No, the claims about Theta Healing have been thoroughly debunked
The claims that it can instantly cure cancer or facilitate the growing back of lost limbs should be an indication of its validity. If anyone was able to grow back a lost limb, this would have been widely noted.
Even if you consider the above claims to be plausible, perhaps her claim that god speaks to and guides her (Vianna Stibal, creator of Theta healing) directly are an indication that her methods are not based on science, nor on any proven method.
Skeptoid has a good explanation on Theta healing:
Theta healing is just another random "roll-the-dice and invent a New
Age healing technique" based on some imaginary energy field. This one
was invented in 1995 by a self-described "intuitive reader" who
believed that she could project theta waves from her brain which would
instantly heal the patient. Theta healing claims to immediately and
completely cure cancer, severe injuries, and even psychological and
In fact, a theta wave is not an energy field or a type of energy at
all. It's simply the name of one type of waveform on an
electroencephalogram. When an EEG shows a sine wave with a period of
between 4 and 8 Hertz, neurologists designate that as a theta pattern.
This waveform is observed when the subject is asleep or at rest, and
in some types of learning involving short term memory.
Probably what happened is that this "intuitive reader" heard the term
"theta wave", misinterpreted it to mean a type of mystical energy
field generated by the brain; and then erroneously put two and two
together when one of her customers reported some kind of positive
experience. If you look at any web page about theta healing, you'll
see all kinds of vaguely scientific sounding words thrown out there in
meaningless disarray. There's nothing plausible about it and no
description specific enough to test, but unfortunately, unscientific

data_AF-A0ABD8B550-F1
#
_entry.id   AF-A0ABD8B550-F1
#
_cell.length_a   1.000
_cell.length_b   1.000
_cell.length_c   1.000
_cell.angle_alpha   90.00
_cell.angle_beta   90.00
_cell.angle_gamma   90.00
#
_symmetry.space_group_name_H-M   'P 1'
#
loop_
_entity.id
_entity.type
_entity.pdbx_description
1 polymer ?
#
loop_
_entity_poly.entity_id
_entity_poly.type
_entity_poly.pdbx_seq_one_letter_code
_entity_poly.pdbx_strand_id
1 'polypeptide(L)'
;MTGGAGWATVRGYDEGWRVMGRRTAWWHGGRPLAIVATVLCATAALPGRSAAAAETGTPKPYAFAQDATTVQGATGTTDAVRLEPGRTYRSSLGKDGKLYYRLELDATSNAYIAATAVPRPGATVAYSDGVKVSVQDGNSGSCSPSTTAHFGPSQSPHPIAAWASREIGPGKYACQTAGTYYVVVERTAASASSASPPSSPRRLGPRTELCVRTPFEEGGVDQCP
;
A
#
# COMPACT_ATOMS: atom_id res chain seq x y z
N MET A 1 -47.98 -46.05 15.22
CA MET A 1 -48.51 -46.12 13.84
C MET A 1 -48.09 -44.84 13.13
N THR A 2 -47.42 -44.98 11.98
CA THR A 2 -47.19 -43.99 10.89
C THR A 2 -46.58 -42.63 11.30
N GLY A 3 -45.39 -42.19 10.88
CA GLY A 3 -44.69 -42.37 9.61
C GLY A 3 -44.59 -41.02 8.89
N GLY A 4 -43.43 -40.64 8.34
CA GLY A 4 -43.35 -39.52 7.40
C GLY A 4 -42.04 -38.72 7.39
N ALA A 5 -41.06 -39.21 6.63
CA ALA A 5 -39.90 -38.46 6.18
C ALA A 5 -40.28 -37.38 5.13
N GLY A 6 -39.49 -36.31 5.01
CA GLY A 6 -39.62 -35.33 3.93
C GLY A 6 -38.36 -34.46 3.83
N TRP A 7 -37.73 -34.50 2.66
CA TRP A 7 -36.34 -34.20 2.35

laypeople are all too often ill-equipped to recognize that such
technobabble on a web page is baseless.
The BBC, certainly a reputable organization, did a comprehensive debunking:
Professor Ernst says such claims are "irresponsible, even criminal".
He believes that the ThetaHealing group try to distinguish themselves
from the other 20,000 faith healers in the UK by applying a "veneer of
science", but says "it's still nonsense".
Lastly, a columnist on the ABC Australia website has a good summary of why it is all a crock:
I did some more digging on Theta Healing: apparently it involves
putting the patient's brain into a theta-state, operating at four to
seven cycles per second. The practitioner then uses a highly dubious
and often-debunked practice of applied kinesiology, where muscle
response is tested to determine the patient's problem.
Moving on: Once the Theta healer has ascertained the medical issue,
the big guns come out - DNA Activation. According to the website, the
"master cell" of the "pinel (sic) gland" is activated, which
apparently switches on bits and pieces of junk DNA, allowing the
healer to treat disease, make you rich and get rid of wrinkles.